Narrow Review Scope
Significant Input

Code reviews covering all relevant aspects ranging from coding style to security are important, but they have limits.

For analyzing code in the context of a specific bug, a performance goal or in terms of concurrency correctness, the scope must be narrowed down to maximize the potential for significant input. That's what spot code reviews are all about.

Debug Reviews

In the course of a software project, issues arise that are more difficult to address than others. A defect that cannot be reproduced easily, a fatal error with an unknown origin, or a design bug with no obvious solution that results in incorrect behavior. More often than not, finding the root cause requires diving into lower software layers to understand involved implications - layers that are not normally dealt with on a regular basis, Once identified, a solution can still prove to be ways down the road due to implications changes could have on other areas or constrains that rule out addressing the root cause altogether.

  • Identify the root cause or recommend a path to the root cause based on hands-on debugging, experimentation, and code review
  • Recommend changes to address the root cause in the most efficient way possible

Optimization Reviews

Performance characteristics of code can have a major impact on the viability and competitiveness of software and can be a make-or-break decision for potential customers. As users and data sets grow, implementations need to be optimized to meet the demands. No code base performs optimally with all kinds of input, no code base scales linearly from the start. Premature optimization is rarely a viable strategy, so the performance characteristics need to evolve by definition. Optimizing existing code is a balance act that should aim to generate the highest possible speedup with the least amount of effort and minimal risk.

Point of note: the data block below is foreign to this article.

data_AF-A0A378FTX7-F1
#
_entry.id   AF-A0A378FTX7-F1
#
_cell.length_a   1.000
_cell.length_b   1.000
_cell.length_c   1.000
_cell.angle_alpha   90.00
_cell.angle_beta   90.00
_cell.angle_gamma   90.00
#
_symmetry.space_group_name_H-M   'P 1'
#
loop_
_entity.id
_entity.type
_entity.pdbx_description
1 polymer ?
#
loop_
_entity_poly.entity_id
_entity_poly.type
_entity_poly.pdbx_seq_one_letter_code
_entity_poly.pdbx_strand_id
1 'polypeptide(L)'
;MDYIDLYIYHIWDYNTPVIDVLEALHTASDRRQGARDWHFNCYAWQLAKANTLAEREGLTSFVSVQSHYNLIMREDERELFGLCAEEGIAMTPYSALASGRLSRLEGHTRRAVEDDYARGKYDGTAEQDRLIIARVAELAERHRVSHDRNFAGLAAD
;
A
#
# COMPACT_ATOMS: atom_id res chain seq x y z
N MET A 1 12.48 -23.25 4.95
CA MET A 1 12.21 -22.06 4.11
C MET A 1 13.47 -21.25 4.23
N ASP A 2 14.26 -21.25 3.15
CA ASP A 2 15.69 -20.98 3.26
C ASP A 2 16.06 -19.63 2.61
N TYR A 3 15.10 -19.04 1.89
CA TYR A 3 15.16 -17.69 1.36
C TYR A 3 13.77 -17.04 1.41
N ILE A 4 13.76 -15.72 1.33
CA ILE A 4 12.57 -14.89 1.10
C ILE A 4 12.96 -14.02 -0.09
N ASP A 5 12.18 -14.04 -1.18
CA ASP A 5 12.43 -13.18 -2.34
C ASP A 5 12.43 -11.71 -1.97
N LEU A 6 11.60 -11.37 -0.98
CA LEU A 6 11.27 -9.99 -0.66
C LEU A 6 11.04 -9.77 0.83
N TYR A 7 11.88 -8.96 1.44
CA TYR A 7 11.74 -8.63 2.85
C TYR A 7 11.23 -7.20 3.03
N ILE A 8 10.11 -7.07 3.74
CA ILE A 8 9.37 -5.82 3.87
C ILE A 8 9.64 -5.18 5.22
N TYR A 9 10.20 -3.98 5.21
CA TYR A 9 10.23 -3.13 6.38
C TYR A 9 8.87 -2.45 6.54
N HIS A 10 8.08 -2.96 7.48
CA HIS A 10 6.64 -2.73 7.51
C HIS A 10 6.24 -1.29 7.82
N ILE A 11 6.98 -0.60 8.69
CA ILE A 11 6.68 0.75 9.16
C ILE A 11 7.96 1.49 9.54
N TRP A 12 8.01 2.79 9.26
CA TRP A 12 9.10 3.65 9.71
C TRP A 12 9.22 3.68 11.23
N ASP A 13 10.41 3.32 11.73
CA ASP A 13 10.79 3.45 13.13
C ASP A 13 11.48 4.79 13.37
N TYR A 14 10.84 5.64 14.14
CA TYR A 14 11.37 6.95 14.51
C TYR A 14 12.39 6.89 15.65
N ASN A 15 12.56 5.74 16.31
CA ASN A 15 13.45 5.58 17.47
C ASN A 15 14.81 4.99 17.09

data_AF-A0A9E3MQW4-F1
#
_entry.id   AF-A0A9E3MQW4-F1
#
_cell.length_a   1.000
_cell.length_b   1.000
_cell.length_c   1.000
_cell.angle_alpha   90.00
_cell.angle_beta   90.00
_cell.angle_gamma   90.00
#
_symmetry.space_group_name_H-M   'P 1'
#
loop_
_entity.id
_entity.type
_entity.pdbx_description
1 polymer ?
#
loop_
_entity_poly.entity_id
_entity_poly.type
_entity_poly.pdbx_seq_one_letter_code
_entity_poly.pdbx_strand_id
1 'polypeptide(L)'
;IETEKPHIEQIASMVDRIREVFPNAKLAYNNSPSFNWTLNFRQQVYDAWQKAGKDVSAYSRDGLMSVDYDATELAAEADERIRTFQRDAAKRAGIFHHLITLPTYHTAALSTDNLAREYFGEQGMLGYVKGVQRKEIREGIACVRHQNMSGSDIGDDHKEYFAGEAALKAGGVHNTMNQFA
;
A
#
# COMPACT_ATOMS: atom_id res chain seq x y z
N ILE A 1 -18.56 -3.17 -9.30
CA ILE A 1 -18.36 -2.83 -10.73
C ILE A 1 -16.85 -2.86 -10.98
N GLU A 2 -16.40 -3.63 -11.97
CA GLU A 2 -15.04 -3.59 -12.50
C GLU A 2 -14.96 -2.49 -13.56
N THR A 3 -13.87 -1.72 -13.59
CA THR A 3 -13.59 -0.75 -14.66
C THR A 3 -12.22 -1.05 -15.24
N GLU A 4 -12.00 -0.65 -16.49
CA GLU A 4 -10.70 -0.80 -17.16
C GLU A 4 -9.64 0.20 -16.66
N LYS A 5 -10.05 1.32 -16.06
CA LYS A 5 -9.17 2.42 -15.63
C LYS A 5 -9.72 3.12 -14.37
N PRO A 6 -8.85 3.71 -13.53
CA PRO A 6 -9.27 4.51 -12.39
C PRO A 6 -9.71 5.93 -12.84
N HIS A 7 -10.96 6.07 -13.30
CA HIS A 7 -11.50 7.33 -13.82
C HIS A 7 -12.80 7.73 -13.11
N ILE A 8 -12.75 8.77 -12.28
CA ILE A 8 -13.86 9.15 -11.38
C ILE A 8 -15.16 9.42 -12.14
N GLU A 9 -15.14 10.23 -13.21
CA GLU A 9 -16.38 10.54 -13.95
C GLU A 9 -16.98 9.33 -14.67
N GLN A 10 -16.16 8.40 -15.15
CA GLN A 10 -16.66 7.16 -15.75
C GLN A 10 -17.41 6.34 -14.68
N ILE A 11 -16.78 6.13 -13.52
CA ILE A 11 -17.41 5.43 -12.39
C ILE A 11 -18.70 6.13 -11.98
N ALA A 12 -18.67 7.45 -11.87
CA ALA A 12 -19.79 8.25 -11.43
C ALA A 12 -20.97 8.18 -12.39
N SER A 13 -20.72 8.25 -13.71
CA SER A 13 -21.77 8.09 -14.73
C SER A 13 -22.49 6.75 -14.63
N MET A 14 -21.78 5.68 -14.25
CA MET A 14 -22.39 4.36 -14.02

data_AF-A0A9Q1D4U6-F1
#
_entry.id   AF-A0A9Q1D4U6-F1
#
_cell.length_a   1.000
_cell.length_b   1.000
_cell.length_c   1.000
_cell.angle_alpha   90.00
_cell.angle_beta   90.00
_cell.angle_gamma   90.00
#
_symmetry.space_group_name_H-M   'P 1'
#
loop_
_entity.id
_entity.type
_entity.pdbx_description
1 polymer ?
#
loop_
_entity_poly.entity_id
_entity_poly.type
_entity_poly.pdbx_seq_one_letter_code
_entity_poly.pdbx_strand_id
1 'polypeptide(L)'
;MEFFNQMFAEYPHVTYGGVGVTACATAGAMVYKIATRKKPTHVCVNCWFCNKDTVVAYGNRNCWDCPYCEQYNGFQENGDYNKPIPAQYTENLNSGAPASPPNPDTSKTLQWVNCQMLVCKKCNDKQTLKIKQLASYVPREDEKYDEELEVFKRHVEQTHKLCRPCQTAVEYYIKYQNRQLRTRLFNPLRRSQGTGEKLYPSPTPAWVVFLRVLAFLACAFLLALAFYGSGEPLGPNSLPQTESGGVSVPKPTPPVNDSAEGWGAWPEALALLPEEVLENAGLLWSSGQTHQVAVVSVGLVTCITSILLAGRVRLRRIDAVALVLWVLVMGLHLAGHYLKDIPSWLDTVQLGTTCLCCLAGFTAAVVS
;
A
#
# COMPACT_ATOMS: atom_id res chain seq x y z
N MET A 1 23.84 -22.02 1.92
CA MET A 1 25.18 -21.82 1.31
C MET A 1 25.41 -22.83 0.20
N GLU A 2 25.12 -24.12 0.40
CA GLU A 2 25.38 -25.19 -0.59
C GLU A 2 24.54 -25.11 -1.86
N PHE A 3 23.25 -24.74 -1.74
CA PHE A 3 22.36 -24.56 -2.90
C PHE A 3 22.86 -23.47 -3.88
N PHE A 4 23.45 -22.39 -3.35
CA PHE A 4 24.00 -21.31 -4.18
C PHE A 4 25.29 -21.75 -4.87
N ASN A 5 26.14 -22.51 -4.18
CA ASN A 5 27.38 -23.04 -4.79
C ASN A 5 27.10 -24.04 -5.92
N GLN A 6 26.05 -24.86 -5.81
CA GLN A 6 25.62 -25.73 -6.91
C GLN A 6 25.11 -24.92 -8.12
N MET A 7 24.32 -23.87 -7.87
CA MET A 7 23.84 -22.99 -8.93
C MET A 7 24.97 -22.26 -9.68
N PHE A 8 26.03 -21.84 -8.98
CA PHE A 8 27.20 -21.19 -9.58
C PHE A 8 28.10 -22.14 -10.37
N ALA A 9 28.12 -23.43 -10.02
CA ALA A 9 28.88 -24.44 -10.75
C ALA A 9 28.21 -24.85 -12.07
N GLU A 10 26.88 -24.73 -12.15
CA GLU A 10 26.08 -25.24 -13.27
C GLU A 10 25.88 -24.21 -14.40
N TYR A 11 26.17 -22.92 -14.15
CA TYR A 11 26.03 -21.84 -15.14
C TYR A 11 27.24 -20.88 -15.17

• Identify bottlenecks inherent in the design, algorithms, resource usage, and implementation
  • Recommend changes to optimize performance and scalability (ordered by speedup probability)

Concurrency Reviews

With an abundance of multiprocessing resources in today's hardware, maximizing parallelism for processing a single request in the most abstract sense is paramount. Similarly, multiple concurrently executed requests must be executable with minimal delay caused by concurrency control to protect shared resources. These demands can lead to complex code that is hard to maintain and the correctness of which is challenging to verify, let alone prove. To make things worse, incorrect algorithms or implementations might run correctly for years on end and suddenly break due to changing patterns.

  • Verify the correctness of algorithms and their implementation
  • Recommend changes to solve incorrect concurrency control and best practices for testing correctness

Why an external review is cost-effective